The Hiccup Project is back and this time Cristina and Chess are challenging themselves to the max with one of the biggest and hottest topics of the day.

Repeated references to the two of them as ‘lovely girls’ or ‘the lovely Hiccup girls’ and the recognition, as they delivered workshops to students, that girls are struggling with how to be in the world, struggling to find their place in it, and struggling to work out what is expected of them, led to their latest work, Lovely Girls.

Deep into rehearsals for the tour, which comes to Hereford on April xx, Cristina acknowledges that it’s an enormous subject to tackle.

“I think we are starting to understand the reality of that, to have opened up such a big subject, such a complex subject in so many ways,” says Cristina. “And some people are almost worried for us as we take it on, and they’re telling us not to make it too preachy or too pretentious. And that’s interesting as we’ve never had that before.”

Explaining how they get from concept to finished show, Cristina says that ‘it always starts way before we are in the studio,” as it did with Lovely Girls, as their consciousness of the issues began to heighten. “We have seen a lot of young women over the years and they seem to consistently struggle on a number of levels. We’d see it over and over again

We had some interesting conversations with students lots of things came up, like not doing certain exercises because they felt we’d be judging them, or not wanting to take their socks off because their feet were gross – these were things that had been drilled into them from a really young age, and they were young intelligent women with so much potential.

We just saw it in so many ways and so repeatedly and it got to us. And I got to thinking ‘what was I like at that age? Has it changed? Was I the same?

We both agreed that things had got more challenging in certain areas because of social media. We were both really engaged with thinking about what we have to do because it’s expected of us and because we have learned that’s what women do. It brought up so many interesting questions for us.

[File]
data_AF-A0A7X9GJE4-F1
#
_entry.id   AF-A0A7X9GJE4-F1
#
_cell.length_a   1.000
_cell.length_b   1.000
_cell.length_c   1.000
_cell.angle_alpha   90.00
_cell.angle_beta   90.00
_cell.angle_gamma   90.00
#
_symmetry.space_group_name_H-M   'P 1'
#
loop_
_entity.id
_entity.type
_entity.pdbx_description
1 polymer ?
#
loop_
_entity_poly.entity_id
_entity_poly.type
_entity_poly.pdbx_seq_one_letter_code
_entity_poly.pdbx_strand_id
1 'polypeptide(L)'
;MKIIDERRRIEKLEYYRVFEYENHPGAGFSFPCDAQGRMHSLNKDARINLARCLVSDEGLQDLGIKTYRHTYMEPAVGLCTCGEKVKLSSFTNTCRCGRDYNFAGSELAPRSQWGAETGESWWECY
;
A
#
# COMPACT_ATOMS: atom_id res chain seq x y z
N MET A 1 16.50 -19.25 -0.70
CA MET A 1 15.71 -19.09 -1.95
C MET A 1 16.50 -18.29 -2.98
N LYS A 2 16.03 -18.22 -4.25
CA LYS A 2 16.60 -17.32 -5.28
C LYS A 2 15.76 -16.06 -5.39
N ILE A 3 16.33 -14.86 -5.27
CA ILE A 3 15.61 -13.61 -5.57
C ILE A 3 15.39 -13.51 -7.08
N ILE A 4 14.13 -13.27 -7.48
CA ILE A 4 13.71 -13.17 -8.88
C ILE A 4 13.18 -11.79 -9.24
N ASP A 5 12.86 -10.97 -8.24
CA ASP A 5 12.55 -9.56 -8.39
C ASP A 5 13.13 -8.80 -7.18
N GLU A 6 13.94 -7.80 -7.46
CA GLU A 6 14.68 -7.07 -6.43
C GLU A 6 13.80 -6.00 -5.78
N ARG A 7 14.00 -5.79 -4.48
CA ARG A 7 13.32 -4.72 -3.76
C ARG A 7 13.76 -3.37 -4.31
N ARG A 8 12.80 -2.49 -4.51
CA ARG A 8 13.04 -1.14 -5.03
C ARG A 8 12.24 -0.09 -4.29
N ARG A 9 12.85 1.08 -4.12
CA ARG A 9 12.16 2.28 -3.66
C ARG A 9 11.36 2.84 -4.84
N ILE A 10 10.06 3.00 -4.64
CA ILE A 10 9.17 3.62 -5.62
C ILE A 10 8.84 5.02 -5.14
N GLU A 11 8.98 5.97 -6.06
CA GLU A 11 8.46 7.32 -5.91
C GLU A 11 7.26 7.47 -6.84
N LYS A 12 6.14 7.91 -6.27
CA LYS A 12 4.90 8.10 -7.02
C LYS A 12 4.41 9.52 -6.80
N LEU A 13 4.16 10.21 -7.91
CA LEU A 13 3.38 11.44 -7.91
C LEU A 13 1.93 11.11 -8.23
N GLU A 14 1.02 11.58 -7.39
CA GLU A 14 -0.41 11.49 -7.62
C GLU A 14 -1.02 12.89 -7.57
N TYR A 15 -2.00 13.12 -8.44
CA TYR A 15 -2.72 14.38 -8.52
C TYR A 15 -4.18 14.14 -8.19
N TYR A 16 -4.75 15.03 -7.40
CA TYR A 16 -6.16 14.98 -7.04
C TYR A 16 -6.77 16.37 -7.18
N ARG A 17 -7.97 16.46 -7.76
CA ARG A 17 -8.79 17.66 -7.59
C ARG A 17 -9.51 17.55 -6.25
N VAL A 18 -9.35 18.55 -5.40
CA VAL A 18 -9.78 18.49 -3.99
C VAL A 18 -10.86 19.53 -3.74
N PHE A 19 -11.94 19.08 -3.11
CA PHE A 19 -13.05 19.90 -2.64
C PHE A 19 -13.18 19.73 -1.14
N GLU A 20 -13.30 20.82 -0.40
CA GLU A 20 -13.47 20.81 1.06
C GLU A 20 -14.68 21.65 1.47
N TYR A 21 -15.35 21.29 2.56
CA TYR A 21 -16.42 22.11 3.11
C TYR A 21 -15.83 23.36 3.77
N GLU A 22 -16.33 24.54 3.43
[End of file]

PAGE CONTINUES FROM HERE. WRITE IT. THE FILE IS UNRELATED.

All of that, in tandem with being introduced as the ‘lovely Hiccup girls’ – they are in fact, the Hiccup Project, sparked a work that will undoubtedly prompt a strong reaction. “We are often called that, and it makes me feel infantilised and I have to metaphorically climb a ladder to then run a workshop because I have been introduced like that.”

It’s brining up really interesting ideas about how women need to be validated, how women need to be seen and heard. But what does that mean? We are bringing ourselves into it more and more now – in the past shows we started with ourselves and went out from there. With Lovely Girls we started out and we’re going in …”

“Its brought up some really challenging things for us, making us think, and presenting us with lots of contradictions. It’s as if there were tectonic plates beneath us, always shifting the perspective. It changed the language we use, and shifted the way we talk about women.

Cristina admits that they both became highly sensitised to the language and attitudes surrounding women. “It was an interesting time as we are hyper aware, hawk eyed and bunny eared with everything around us. I think we are making a choice to raise children of any gender in this way, but how can we undo it?

The fact that we can make a show about this demonstrates a shift, but we both still feel incredibly tied to being likable. And there’s so much material, we’re now having to scale it down.

“£It’s also an incredibly emotional subject – and can bring us to tears. But as it goes on, we are bringing in more and more humour. And our voices have become a bigger and bigger part of our work, not just text, but in singing and sound.

It’s lovely to make another work that’s challenging in a different way.

Cristina and Chess are looking forward to their return to Hereford with their third show. “We love Hereford, we always have a sense of having left a legacy when we have gone.”

In part, this is because, while they’re here, they’ll be doing workshops with a group of women and with a pupil referral unit, and such is their popularity in the county, they reluctantly had to turn dow three other organisations who wanted some Hiccup magic.

There will also be a post show talk this time, which Cristina says is particularly apt for this show, and when they did one in Bristol, she and Chess were taken aback when no one, not a single person, left. “It lasted an hour,” says Cristina, still amazed at the same time as being unsurprised that the subject prompts so much interest. “It’s just as important as the show itself!” she says.

Imagine a world where the choices we make would be so different